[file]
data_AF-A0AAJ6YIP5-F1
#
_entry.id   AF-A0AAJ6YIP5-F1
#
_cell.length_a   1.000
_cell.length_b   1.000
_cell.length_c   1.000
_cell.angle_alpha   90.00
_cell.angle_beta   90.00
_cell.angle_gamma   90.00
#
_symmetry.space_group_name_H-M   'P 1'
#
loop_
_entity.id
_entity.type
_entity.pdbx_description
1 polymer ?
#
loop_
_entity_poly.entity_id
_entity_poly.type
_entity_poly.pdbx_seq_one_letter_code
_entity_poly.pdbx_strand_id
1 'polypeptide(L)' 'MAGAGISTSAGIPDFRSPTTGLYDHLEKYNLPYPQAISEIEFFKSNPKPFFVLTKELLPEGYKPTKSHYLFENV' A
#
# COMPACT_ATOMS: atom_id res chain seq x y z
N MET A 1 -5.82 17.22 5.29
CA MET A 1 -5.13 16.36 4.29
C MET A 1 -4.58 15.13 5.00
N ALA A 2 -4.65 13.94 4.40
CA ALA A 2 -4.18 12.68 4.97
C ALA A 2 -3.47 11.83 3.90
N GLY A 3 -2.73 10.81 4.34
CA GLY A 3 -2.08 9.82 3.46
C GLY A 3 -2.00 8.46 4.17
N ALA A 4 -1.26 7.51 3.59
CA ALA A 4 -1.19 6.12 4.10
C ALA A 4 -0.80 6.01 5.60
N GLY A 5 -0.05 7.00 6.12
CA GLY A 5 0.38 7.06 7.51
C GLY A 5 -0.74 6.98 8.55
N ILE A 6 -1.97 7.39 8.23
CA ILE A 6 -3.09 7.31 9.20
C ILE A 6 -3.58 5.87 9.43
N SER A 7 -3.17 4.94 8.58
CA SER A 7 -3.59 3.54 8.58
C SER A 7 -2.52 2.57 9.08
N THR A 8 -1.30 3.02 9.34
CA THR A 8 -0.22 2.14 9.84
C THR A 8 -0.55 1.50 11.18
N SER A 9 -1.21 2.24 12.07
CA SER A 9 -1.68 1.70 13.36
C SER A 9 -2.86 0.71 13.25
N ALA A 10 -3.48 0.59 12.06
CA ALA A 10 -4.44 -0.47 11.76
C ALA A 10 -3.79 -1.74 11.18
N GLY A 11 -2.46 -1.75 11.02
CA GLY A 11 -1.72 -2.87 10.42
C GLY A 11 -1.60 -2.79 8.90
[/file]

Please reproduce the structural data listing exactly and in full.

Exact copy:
data_AF-A0AAJ6YIP5-F1
#
_entry.id   AF-A0AAJ6YIP5-F1
#
_cell.length_a   1.000
_cell.length_b   1.000
_cell.length_c   1.000
_cell.angle_alpha   90.00
_cell.angle_beta   90.00
_cell.angle_gamma   90.00
#
_symmetry.space_group_name_H-M   'P 1'
#
loop_
_entity.id
_entity.type
_entity.pdbx_description
1 polymer ?
#
loop_
_entity_poly.entity_id
_entity_poly.type
_entity_poly.pdbx_seq_one_letter_code
_entity_poly.pdbx_strand_id
1 'polypeptide(L)' 'MAGAGISTSAGIPDFRSPTTGLYDHLEKYNLPYPQAISEIEFFKSNPKPFFVLTKELLPEGYKPTKSHYLFENV' A
#
# COMPACT_ATOMS: atom_id res chain seq x y z
N MET A 1 -5.82 17.22 5.29
CA MET A 1 -5.13 16.36 4.29
C MET A 1 -4.58 15.13 5.00
N ALA A 2 -4.65 13.94 4.40
CA ALA A 2 -4.18 12.68 4.97
C ALA A 2 -3.47 11.83 3.90
N GLY A 3 -2.73 10.81 4.34
CA GLY A 3 -2.08 9.82 3.46
C GLY A 3 -2.00 8.46 4.17
N ALA A 4 -1.26 7.51 3.59
CA ALA A 4 -1.19 6.12 4.10
C ALA A 4 -0.80 6.01 5.60
N GLY A 5 -0.05 7.00 6.12
CA GLY A 5 0.38 7.06 7.51
C GLY A 5 -0.74 6.98 8.55
N ILE A 6 -1.97 7.39 8.23
CA ILE A 6 -3.09 7.31 9.20
C ILE A 6 -3.58 5.87 9.43
N SER A 7 -3.17 4.94 8.58
CA SER A 7 -3.59 3.54 8.58
C SER A 7 -2.52 2.57 9.08
N THR A 8 -1.30 3.02 9.34
CA THR A 8 -0.22 2.14 9.84
C THR A 8 -0.55 1.50 11.18
N SER A 9 -1.21 2.24 12.07
CA SER A 9 -1.68 1.70 13.36
C SER A 9 -2.86 0.71 13.25
N ALA A 10 -3.48 0.59 12.06
CA ALA A 10 -4.44 -0.47 11.76
C ALA A 10 -3.79 -1.74 11.18
N GLY A 11 -2.46 -1.75 11.02
CA GLY A 11 -1.72 -2.87 10.42
C GLY A 11 -1.60 -2.79 8.90